The EPAct 179D Energy Tax Deduction


The 179D Federal Energy Tax Deduction was enacted by the Energy Policy Act of 2005 (EPAct). The benefits of this Act were later extended through December 31, 2013 by the Emergency Economic Stabilization Act of 2008. Section 179D of the Internal Revenue Code provides a deduction for qualifying U.S. taxpayers who install energy efficient property that reduces annual energy and power consumption by 50% compared to the American Society of Heating, Refrigerating, and Air Conditioning Engineers (ASHRAE) standard. If the taxpayer does not meet the 50% threshold, partial deductions are available contingent upon certain requirements.

The deduction itself is actually a variant of IRC Section 179. Instead of depreciating building improvements over a 39 or 27.5 year term, the taxpayer will be allowed to deduct the entire cost of the energy improvements in the year they are placed in service so long as the amount does not exceed $1.80 per-square-foot. If total improvement costs do exceed this amount, the residual amount would then be capitalized and depreciated over the term appropriate for its property class. It should be noted that the amount of the 179D deduction taken would be a reduction in the amount capitalized for tax purposes.

In order to qualify for the full deduction, the taxpayer must improve the energy efficiency of an existing building or new building. The required 50% reduction in energy consumption must be accomplished solely through energy and power cost reductions for the following systems: 1) heating, cooling, ventilation, hot water, 2) building envelope (exterior of building, building structure, etc), and/or 3) interior lighting. If the 50% reduction is accomplished, the taxpayer would be able to deduct the lesser of the cost of the improvements or $1.80 per-square-foot.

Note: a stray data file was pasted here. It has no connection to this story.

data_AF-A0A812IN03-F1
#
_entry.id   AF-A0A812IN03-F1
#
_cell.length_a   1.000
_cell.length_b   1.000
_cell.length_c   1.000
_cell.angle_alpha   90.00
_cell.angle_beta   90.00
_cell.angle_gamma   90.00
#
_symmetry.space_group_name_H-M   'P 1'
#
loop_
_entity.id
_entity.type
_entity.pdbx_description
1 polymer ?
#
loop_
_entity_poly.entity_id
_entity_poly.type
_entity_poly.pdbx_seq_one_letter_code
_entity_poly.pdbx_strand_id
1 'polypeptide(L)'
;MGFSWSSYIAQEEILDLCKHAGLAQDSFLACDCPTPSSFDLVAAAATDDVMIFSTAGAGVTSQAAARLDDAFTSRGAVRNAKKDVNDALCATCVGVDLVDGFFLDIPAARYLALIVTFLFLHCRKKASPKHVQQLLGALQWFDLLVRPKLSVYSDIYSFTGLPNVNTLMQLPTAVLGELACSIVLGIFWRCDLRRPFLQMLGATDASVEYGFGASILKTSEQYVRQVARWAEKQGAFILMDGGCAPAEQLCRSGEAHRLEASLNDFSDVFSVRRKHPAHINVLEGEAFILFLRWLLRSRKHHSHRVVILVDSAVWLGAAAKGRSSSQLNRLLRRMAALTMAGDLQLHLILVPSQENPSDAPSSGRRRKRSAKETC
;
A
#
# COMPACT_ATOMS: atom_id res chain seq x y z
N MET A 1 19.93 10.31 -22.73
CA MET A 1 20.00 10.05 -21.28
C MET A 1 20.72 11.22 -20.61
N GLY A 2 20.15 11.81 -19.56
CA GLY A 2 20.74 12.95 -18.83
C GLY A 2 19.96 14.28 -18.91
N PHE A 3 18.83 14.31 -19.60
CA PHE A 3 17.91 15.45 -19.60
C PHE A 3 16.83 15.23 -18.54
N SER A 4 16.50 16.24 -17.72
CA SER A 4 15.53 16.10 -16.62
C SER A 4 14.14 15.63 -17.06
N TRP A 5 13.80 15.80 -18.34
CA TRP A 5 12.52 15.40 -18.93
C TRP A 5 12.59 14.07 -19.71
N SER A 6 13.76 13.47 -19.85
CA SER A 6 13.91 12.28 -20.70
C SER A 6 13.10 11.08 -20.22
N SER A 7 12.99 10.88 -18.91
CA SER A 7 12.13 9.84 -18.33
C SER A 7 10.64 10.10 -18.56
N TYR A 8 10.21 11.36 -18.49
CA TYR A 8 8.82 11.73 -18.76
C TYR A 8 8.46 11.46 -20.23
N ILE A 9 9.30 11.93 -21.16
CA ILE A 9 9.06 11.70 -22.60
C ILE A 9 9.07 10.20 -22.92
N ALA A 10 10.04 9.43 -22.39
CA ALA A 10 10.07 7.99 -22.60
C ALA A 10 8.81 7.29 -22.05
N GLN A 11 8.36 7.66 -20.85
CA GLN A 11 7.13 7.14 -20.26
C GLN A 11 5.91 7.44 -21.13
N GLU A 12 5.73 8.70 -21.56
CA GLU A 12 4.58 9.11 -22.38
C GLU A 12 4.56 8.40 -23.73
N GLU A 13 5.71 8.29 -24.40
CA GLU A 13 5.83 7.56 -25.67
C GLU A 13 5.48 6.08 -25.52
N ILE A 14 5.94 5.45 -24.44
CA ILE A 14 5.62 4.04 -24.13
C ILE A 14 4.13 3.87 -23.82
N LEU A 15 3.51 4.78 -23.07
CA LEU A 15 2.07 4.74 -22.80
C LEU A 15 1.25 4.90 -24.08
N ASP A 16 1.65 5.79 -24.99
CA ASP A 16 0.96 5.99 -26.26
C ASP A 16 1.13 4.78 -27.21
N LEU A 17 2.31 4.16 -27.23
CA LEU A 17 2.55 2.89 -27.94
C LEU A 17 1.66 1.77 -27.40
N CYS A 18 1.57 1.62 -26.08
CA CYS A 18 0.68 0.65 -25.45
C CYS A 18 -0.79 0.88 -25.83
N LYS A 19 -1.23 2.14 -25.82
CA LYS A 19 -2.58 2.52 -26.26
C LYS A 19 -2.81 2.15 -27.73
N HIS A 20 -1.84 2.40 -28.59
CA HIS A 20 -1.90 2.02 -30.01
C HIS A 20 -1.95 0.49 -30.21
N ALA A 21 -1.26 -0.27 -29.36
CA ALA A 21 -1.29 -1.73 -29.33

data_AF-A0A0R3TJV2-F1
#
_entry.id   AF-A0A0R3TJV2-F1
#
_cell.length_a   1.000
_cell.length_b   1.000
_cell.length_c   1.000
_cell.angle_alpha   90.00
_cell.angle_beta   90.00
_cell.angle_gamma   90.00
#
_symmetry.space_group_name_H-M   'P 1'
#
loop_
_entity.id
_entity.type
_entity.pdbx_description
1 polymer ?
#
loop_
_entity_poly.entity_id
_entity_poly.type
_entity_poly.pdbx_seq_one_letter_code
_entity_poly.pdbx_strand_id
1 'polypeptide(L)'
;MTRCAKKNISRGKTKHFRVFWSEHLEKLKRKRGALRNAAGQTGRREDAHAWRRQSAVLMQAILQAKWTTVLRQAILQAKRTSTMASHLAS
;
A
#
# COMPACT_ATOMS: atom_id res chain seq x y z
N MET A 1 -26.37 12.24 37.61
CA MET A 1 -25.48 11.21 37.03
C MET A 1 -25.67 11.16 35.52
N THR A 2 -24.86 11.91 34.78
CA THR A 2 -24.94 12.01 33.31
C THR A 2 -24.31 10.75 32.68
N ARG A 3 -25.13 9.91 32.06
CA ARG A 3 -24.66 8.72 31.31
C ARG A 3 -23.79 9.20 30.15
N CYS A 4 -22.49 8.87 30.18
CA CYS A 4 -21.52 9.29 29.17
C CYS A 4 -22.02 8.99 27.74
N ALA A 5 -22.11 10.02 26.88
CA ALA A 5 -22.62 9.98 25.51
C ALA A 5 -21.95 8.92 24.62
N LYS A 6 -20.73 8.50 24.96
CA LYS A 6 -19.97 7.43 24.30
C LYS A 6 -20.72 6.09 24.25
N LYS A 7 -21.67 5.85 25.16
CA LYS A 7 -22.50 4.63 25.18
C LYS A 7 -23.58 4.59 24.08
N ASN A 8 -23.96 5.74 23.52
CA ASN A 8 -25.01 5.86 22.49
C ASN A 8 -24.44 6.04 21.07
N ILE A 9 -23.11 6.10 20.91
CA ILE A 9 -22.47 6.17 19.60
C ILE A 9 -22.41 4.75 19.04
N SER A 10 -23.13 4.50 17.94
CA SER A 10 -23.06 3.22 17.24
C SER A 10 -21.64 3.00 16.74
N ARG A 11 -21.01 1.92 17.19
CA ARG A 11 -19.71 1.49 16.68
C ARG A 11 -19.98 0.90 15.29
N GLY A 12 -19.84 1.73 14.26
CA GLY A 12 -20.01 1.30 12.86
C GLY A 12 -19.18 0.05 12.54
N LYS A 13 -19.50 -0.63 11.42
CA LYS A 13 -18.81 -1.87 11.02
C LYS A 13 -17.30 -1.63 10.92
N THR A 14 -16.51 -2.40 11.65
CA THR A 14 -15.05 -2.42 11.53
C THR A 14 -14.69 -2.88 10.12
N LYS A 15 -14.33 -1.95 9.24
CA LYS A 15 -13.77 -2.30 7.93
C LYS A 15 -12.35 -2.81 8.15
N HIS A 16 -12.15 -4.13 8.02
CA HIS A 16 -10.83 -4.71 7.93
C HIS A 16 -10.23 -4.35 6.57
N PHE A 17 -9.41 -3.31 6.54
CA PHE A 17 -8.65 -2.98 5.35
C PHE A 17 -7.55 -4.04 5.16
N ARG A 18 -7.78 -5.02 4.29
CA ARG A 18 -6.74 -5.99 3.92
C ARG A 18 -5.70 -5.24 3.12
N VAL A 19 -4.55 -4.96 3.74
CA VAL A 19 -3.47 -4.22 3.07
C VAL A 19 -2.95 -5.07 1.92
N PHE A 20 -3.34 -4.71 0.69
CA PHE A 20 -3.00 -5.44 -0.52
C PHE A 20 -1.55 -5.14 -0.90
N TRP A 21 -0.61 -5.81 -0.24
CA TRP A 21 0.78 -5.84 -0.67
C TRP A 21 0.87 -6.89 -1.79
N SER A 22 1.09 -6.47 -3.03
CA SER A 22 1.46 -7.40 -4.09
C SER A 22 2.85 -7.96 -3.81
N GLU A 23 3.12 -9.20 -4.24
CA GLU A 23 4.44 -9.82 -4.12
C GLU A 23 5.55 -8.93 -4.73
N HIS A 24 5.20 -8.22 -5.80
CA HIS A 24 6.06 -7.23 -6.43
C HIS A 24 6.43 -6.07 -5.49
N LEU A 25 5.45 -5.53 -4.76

In order to qualify for a partial deduction, a 16 2/3% reduction must be achieved, resulting in a $0.60 per-square-foot deduction. If more than one system qualifies for the partial deduction, they can be combined in order to generate a $1.20 per-square-foot deduction. Lighting systems, however, must achieve an improvement of energy efficiency of light power density by at least 25 – 40% (50% in case of warehouse) in order to qualify for the partial deduction between $0.30 and $0.60 per-square-foot. The IRS also allows for threshold substitutions to be made for certain qualifying properties.

The deduction is applicable to commercial buildings of any size, apartment buildings (four or more stories, for lease), and public buildings only. All of which must be located in the U.S. As public buildings are concerned, the IRS allows the deduction to be allocated to the person primarily responsible for designing the property in lieu of the public entity. Eligible improvements are to have been completed between January 1, 2006 and December 31, 2013.

Before claiming the deduction, the taxpayer must obtain a certification with respect to the property. This can be done by having the building inspected by a qualified individual who has received a certification of energy savings. Usually, an engineer or contractor licensed in the applicable state should qualify. The qualified individual will use modeling software, which should be approved by the Department of Energy, to compare the actual building to a reference building. The taxpayer would then be issued a certification of energy savings by that individual. The certification need not be filed with the IRS, but should be retained by the taxpayer.

Aside from the tax deduction, the actual cost of building “green” is approximately 10% more costly for a building with a very high quality of energy efficiency as compared to a building without all of the energy efficiency installations. However, the typical green building that will qualify for the deduction will cost around 3% – 5% more than a building without such improvements. This extra cost will usually be recaptured within two to 10 years (depending upon the level of energy efficiency) through savings on actual energy costs, such as utilities.

For those considering a “green” commercial building, the 179D incentive should be a factor that is weighed in the decision.


Authored by Jason Deirmenjian, CPA
November 14th, 2010

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